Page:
Harvesting willow trees for biomass in Vermont… turning corn stover into biofuels in Minnesota… these are just a couple examples of projects sponsored by the growing number of colleges and universities in the country that are finding greener alternatives to non-renewable petroleum sources of fuel.
There’s a fascinating story in the Christian Science Monitor about how some of these institutions of higher learning are “walking the walk” by changing they way they operate:
In December 2006, 12 college and university presidents joined together to form the American College and University Presidents’ Climate Commitment. They pledged to set target dates for becoming carbon neutral – reducing the carbon emissions from their heating, cooling, electrical, and transportation needs as much as possible and then buying carbon offsets to complete the task. A little more than two years later, 614 colleges and universities in all 50 states have made the commitment. They represent about one-third of the student body at colleges and universities in the United States.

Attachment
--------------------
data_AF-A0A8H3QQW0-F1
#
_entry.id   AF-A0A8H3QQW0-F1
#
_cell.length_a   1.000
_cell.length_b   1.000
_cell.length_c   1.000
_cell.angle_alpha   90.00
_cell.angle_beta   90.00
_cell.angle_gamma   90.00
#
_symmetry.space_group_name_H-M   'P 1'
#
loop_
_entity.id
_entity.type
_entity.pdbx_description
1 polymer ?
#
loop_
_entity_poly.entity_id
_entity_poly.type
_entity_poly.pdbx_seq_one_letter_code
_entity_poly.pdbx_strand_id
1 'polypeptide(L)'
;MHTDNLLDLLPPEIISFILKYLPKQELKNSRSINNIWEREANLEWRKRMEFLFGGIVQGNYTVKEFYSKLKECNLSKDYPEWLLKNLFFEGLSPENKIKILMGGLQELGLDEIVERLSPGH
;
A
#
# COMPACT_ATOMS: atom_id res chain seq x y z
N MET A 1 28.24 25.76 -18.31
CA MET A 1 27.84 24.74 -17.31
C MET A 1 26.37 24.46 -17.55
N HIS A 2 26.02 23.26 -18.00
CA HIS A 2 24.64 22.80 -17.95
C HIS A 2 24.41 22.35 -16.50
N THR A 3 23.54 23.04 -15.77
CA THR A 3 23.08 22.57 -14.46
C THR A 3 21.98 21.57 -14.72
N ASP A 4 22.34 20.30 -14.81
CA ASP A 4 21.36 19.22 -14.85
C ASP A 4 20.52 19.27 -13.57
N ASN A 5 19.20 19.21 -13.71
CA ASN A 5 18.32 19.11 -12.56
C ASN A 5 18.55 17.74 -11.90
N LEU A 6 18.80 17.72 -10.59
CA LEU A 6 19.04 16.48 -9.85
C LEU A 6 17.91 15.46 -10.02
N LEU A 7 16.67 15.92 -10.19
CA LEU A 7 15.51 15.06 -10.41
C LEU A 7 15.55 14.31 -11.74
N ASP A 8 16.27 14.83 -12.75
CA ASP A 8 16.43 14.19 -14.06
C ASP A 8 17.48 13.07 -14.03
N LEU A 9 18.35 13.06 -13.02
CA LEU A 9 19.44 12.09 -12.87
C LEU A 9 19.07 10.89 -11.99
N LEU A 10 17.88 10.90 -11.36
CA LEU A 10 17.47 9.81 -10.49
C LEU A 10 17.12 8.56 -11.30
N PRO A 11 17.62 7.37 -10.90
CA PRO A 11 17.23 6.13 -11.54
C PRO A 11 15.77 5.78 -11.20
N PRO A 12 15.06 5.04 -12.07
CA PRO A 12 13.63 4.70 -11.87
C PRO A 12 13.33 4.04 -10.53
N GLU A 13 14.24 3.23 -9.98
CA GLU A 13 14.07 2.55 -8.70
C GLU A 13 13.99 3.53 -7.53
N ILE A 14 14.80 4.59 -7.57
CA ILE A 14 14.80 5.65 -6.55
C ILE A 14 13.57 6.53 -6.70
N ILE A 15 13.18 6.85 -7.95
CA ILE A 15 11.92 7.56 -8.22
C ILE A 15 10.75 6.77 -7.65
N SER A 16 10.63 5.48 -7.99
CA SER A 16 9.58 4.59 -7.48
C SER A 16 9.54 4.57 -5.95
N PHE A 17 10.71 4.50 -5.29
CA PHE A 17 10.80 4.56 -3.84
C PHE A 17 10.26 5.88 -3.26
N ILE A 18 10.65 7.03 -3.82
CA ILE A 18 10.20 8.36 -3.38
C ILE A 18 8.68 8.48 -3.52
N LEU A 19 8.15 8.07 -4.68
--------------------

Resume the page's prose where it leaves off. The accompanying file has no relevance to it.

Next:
Interest on college campuses in taking steps to slow climate change have “exploded,” says Anthony Cortese, president of Second Nature, a Boston-based nonprofit group that works with colleges on environmental and sustainability issues.
The article goes on to point out how some schools are using these green projects to get donors to underwrite the costs… something considered to be a pretty easy sell in these days of tight markets.